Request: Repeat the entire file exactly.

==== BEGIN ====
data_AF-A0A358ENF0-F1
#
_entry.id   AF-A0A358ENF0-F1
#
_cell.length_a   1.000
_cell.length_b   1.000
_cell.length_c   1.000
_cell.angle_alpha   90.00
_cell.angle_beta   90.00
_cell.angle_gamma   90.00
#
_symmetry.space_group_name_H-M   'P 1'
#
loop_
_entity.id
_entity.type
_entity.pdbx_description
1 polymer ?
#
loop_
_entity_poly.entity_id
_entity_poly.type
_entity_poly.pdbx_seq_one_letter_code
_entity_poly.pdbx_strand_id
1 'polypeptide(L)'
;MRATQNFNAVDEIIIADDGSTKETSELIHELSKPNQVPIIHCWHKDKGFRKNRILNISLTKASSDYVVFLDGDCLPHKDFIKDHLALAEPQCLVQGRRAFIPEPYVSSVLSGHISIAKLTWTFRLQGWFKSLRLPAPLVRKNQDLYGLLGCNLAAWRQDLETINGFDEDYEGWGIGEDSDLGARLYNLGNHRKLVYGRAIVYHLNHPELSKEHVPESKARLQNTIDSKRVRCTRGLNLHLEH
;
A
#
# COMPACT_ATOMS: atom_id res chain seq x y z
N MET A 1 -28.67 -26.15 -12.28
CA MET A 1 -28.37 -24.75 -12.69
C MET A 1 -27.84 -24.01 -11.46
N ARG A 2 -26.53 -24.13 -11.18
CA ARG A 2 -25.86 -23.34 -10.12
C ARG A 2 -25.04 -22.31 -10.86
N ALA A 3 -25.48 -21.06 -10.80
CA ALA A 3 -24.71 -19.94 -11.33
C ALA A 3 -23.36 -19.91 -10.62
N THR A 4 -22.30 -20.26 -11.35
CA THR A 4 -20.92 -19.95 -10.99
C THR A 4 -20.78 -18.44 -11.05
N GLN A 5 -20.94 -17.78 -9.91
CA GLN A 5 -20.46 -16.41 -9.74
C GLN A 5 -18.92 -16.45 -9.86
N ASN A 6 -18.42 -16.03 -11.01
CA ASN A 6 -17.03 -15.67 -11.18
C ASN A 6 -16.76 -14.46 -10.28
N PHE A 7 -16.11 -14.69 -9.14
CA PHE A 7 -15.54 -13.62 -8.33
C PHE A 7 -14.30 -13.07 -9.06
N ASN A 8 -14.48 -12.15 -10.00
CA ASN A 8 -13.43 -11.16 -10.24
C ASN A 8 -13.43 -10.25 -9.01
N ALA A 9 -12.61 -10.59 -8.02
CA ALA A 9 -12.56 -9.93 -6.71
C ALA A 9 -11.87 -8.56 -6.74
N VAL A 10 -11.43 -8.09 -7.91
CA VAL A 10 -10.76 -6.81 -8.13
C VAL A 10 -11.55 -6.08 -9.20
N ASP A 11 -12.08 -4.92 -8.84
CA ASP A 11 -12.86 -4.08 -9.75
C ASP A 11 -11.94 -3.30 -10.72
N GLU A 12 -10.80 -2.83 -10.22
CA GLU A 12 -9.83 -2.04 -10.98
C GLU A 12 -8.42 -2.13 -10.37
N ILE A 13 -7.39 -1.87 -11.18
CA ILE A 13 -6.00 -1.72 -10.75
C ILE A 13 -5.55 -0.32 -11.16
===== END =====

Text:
data_AF-A0A358ENF0-F1
#
_entry.id   AF-A0A358ENF0-F1
#
_cell.length_a   1.000
_cell.length_b   1.000
_cell.length_c   1.000
_cell.angle_alpha   90.00
_cell.angle_beta   90.00
_cell.angle_gamma   90.00
#
_symmetry.space_group_name_H-M   'P 1'
#
loop_
_entity.id
_entity.type
_entity.pdbx_description
1 polymer ?
#
loop_
_entity_poly.entity_id
_entity_poly.type
_entity_poly.pdbx_seq_one_letter_code
_entity_poly.pdbx_strand_id
1 'polypeptide(L)'
;MRATQNFNAVDEIIIADDGSTKETSELIHELSKPNQVPIIHCWHKDKGFRKNRILNISLTKASSDYVVFLDGDCLPHKDFIKDHLALAEPQCLVQGRRAFIPEPYVSSVLSGHISIAKLTWTFRLQGWFKSLRLPAPLVRKNQDLYGLLGCNLAAWRQDLETINGFDEDYEGWGIGEDSDLGARLYNLGNHRKLVYGRAIVYHLNHPELSKEHVPESKARLQNTIDSKRVRCTRGLNLHLEH
;
A
#
# COMPACT_ATOMS: atom_id res chain seq x y z
N MET A 1 -28.67 -26.15 -12.28
CA MET A 1 -28.37 -24.75 -12.69
C MET A 1 -27.84 -24.01 -11.46
N ARG A 2 -26.53 -24.13 -11.18
CA ARG A 2 -25.86 -23.34 -10.12
C ARG A 2 -25.04 -22.31 -10.86
N ALA A 3 -25.48 -21.06 -10.80
CA ALA A 3 -24.71 -19.94 -11.33
C ALA A 3 -23.36 -19.91 -10.62
N THR A 4 -22.30 -20.26 -11.35
CA THR A 4 -20.92 -19.95 -10.99
C THR A 4 -20.78 -18.44 -11.05
N GLN A 5 -20.94 -17.78 -9.91
CA GLN A 5 -20.46 -16.41 -9.74
C GLN A 5 -18.92 -16.45 -9.86
N ASN A 6 -18.42 -16.03 -11.01
CA ASN A 6 -17.03 -15.67 -11.18
C ASN A 6 -16.76 -14.46 -10.28
N PHE A 7 -16.11 -14.69 -9.14
CA PHE A 7 -15.54 -13.62 -8.33
C PHE A 7 -14.30 -13.07 -9.06
N ASN A 8 -14.48 -12.15 -10.00
CA ASN A 8 -13.43 -11.16 -10.24
C ASN A 8 -13.43 -10.25 -9.01
N ALA A 9 -12.61 -10.59 -8.02
CA ALA A 9 -12.56 -9.93 -6.71
C ALA A 9 -11.87 -8.56 -6.74
N VAL A 10 -11.43 -8.09 -7.91
CA VAL A 10 -10.76 -6.81 -8.13
C VAL A 10 -11.55 -6.08 -9.20
N ASP A 11 -12.08 -4.92 -8.84
CA ASP A 11 -12.86 -4.08 -9.75
C ASP A 11 -11.94 -3.30 -10.72
N GLU A 12 -10.80 -2.83 -10.22
CA GLU A 12 -9.83 -2.04 -10.98
C GLU A 12 -8.42 -2.13 -10.37
N ILE A 13 -7.39 -1.87 -11.18
CA ILE A 13 -6.00 -1.72 -10.75
C ILE A 13 -5.55 -0.32 -11.16